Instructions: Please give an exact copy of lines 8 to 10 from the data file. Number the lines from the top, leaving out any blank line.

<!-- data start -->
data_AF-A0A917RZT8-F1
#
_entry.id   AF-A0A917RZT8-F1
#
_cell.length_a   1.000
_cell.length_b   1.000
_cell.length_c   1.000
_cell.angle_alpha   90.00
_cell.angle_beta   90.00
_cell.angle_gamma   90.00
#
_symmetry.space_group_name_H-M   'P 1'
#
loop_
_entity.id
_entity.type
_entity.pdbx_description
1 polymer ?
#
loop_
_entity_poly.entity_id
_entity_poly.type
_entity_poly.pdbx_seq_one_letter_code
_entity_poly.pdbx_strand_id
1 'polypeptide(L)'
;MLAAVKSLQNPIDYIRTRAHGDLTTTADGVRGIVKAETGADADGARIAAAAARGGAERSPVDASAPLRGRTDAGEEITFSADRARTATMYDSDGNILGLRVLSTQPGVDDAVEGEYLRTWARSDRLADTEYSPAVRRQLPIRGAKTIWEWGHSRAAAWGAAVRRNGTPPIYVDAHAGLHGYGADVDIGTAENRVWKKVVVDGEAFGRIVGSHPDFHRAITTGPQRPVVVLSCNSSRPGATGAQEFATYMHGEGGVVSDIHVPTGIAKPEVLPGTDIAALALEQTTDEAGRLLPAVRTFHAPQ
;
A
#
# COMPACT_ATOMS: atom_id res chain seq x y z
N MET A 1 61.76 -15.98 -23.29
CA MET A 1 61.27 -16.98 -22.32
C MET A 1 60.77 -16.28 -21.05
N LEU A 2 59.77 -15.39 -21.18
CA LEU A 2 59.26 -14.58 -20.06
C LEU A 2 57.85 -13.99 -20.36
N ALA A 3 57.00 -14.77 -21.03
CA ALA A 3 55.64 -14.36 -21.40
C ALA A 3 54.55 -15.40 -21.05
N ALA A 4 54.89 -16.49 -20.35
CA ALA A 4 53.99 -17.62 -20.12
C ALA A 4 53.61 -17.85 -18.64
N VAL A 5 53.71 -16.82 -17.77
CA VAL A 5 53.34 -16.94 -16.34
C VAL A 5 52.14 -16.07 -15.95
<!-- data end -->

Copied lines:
_cell.angle_alpha   90.00
_cell.angle_beta   90.00
_cell.angle_gamma   90.00